Writing around this time, the Roman writer Tacitus mentions the Suevi, listing their constituent tribes which cover the larger part of Germania. Noted for their custom of twisting their hair and binding it up in a knot, the Buri live close to the Marsigni, eastwards of three tribes along the Danube, the Marcomanni, Naristi, and Quadi.


Ptolemy, who writes in the mid-second century, breaks the Lugii down into Lugi Buri, Lugi Diduni, and Lugi Omani, perhaps including the Buri as members of the Lugii confederation due to their proximity to the Harii, another Lugii constituent member. Ptolemy's linking of the Buri to the Lugii is a new idea, as Tacitus had linked them closely to the Suebi. The implication appears to be caused by the eastwards movement of the Buri and the closely-related Quadi from the Marcomanni settlements of which they both seem to have been a part to the Carpathians in which they had settled in the first century, and their subsequent contacts with their new neighbours, the Lugii.

The Carpathians start in modern Czechia, Slovakia, and Poland, and extend eastwards into Hungary, Romania and Ukraine, and provided a fertile area in which tribes could settle

166 - 169

A new Marcomanni confederation is formed which also includes elements from many other tribes including the Buri, Iazyges, Quadi, Sarmatians, Suebi, and Victohali. Together they cross the Danube and invade Dacia, penetrating as far as Italy and forcing the Roman emperor, Marcus Aurelius, to spend the rest of his life campaigning in the Danube region to contain the problem. The resistance put up by the Romans surprises the tribes, and some of the latter seek individual peace treaties with Rome. As recorded by Cassius Dio, both the Iazyges and the Buri seek peace, and some concessions are granted to them, but neither are willing to join the Roman side until they receive pledges that the emperor will 'without fail prosecute the war to the uttermost; for they were afraid he might make a treaty with the Quadi, as before, and leave enemies dwelling at their doors'. Ultimately, the Buri are well-rewarded for absenting themselves from the war, but have to face the hostility of their former allies.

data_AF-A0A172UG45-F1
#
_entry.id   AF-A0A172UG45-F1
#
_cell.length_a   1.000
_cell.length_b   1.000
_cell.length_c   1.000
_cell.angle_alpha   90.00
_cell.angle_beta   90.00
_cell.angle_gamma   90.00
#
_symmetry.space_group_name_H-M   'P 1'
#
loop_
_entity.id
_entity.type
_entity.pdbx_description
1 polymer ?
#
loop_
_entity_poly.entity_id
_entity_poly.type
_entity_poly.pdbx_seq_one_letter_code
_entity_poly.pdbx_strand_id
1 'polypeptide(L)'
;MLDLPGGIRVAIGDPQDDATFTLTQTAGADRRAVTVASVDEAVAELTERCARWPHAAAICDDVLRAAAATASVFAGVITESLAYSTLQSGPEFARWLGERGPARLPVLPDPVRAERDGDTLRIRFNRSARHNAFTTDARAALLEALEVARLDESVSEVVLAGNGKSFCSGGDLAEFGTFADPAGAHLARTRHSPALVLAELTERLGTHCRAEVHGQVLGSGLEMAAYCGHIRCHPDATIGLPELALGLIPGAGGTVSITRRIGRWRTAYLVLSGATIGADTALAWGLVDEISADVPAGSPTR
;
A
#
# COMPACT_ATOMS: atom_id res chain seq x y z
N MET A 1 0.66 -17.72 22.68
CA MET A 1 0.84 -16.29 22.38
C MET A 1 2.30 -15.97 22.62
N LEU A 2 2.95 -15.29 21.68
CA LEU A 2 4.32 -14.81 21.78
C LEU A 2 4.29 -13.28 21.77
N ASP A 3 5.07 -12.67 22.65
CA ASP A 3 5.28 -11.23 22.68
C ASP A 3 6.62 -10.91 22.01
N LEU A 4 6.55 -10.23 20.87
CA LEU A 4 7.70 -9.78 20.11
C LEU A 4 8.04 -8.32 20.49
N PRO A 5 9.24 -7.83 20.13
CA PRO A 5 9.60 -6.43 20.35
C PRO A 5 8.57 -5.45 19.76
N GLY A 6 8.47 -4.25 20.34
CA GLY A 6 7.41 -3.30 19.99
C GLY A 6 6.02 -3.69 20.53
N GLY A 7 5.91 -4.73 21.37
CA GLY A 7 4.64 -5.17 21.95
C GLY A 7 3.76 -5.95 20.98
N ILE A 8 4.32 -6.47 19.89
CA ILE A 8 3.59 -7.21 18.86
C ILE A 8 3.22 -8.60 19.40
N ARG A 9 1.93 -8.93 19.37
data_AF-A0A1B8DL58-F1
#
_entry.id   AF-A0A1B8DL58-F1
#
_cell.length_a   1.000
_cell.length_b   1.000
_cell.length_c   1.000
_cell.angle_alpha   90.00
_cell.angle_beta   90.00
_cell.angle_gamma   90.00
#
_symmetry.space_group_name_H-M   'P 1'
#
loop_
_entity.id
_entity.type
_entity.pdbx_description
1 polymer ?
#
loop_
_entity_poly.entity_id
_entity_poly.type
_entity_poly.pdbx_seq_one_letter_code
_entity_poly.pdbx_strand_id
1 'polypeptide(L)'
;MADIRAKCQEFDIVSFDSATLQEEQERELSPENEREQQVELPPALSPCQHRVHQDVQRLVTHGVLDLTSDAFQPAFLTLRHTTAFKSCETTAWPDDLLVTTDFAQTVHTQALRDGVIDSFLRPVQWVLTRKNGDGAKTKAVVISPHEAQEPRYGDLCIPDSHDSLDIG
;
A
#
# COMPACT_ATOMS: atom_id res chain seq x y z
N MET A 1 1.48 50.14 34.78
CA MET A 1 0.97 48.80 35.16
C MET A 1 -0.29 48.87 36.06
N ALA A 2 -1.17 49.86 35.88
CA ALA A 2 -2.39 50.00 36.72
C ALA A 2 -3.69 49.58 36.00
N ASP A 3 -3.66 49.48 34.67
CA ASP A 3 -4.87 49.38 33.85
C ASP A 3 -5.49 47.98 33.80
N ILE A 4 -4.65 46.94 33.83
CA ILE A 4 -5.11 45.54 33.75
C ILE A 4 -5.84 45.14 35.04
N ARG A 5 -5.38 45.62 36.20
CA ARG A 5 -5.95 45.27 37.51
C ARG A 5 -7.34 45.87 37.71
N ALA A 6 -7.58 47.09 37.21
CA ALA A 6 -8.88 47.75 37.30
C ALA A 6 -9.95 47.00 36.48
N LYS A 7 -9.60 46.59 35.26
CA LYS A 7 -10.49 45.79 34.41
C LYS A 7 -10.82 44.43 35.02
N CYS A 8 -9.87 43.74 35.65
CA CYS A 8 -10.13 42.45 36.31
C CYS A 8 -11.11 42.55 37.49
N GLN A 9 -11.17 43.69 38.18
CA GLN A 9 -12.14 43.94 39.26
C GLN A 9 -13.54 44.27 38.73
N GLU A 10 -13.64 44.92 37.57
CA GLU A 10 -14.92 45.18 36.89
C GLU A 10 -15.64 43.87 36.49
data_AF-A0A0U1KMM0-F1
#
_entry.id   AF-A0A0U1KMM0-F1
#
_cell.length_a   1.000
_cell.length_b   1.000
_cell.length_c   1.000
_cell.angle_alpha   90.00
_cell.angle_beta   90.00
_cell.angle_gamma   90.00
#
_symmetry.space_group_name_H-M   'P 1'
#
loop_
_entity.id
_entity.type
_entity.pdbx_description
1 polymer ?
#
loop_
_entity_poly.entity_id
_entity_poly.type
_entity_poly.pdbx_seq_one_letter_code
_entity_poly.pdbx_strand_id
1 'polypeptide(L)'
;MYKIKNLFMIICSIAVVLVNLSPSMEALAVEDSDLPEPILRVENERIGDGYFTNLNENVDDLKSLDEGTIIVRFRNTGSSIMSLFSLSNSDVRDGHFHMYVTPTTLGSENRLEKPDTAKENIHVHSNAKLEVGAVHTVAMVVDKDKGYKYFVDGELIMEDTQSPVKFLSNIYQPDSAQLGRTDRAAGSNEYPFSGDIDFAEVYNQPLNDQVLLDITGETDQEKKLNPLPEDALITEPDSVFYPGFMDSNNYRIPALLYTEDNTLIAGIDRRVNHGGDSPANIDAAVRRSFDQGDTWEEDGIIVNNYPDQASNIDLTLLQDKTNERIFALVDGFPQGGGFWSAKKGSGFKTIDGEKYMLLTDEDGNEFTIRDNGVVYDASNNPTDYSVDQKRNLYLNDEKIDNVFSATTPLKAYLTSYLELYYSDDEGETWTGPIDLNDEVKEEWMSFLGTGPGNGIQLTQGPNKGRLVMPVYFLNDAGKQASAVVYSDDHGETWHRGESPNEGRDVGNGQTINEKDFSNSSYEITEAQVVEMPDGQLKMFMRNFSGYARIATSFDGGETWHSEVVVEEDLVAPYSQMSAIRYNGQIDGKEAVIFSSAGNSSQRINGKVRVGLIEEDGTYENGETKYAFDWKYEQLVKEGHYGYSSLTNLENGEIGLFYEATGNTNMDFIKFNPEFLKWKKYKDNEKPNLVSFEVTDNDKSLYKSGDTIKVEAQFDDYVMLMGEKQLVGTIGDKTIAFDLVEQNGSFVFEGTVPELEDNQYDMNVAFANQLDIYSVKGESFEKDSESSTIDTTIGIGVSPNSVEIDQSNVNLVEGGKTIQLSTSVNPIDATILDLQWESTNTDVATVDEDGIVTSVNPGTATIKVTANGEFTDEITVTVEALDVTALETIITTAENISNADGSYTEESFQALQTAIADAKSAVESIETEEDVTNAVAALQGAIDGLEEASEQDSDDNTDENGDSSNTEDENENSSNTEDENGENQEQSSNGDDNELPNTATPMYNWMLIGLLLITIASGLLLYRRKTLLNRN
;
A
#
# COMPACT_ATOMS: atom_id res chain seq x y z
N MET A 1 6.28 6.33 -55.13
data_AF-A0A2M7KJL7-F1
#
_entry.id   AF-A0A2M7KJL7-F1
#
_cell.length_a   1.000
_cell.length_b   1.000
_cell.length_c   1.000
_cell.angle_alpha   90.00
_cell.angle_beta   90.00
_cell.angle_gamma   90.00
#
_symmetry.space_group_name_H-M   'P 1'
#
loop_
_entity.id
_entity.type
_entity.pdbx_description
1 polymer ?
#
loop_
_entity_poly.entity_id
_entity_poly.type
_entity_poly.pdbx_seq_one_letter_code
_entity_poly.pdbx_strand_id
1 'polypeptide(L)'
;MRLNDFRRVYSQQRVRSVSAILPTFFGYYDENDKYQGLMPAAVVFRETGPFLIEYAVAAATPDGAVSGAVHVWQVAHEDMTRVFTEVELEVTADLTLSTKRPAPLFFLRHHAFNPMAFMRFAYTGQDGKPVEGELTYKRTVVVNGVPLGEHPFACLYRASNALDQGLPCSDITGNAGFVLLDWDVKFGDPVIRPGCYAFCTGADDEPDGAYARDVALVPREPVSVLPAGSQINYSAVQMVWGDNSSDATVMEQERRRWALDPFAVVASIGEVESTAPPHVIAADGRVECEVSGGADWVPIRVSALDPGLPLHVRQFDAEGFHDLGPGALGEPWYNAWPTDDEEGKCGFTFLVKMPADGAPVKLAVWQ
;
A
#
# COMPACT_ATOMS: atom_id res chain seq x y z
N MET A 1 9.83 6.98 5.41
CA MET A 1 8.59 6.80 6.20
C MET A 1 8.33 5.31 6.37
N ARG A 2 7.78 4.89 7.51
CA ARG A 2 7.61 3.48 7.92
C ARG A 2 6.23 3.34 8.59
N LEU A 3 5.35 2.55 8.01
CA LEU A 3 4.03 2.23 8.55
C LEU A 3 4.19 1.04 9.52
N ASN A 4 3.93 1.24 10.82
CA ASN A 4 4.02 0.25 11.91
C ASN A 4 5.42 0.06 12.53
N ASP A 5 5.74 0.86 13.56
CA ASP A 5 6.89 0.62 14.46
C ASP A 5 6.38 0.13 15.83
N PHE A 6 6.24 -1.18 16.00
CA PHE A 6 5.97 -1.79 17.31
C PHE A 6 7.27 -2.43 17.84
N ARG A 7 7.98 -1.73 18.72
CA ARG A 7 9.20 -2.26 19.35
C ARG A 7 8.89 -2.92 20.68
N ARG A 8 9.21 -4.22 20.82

c.181 - 182

Following the death of Roman Emperor Marcus Aurelius and further Germanic unrest, the Buri petition Emperor Commodus for peace. At this point they are destitute, having spent their resources on war. Fortunately, they now meet the empire's qualifications for financial aid, in that they are destitute and potentially dangerous, so they receive the help they need. The Marcomanni are enjoined from seeking retaliation. As they are also now destitute and seeking terms, they comply. The Buri largely disappear from the historical record following this event.

3rd century

By this time, the Suevi have formed a wide-ranging confederation of tribes which are all known individually but which are counted as being Suevi.

The vast number of tribes included in the confederation include the Aestii, Angles, Aviones, Buri, Cotini, Eudoses, Gutones, Hermunduri, Langobards, Lugii (a name applied to several tribes: the Harii, Helisii, Helveconae, Manimi, and Naharvali), Marcomanni, Marsigni, Naristi, Nuitones, Osi, Quadi, Reudigni, Semnones, Sitones, Suardones, Suiones (Swedes), and the Warini.

406 - 409

Disrupted by the Hunnic invasion, the bulk of the Suevi cross the Rhine at Mainz in 406 in association with the Vandali and Alani. They are accompanied by a small group of Buri, while the rest remain in their northern Danubian lands. After spending two years on the west bank of the Rhine, all three tribes settle in Roman Iberia by 409. The Suevi Kingdom is formed in the north-western region of Galicia, with the Buri settling the region between the rivers Cávado and Homem, in the area now known as Terras de Bouro ('Lands of the Buri').

Szybowcowa Hill in Lower Silesia
The Celtic tribes in Silesia and surrounding regions were either forced out, or were submerged within later-arriving Germanic tribes

The Buri who remain behind share the ultimate fate of the disrupted northern Danubian tribes, either merging with other tribes in Silesia or attaching themselves to larger tribes in their migrations. Elements may also remain in the region to form part of the later Bavarii confederation.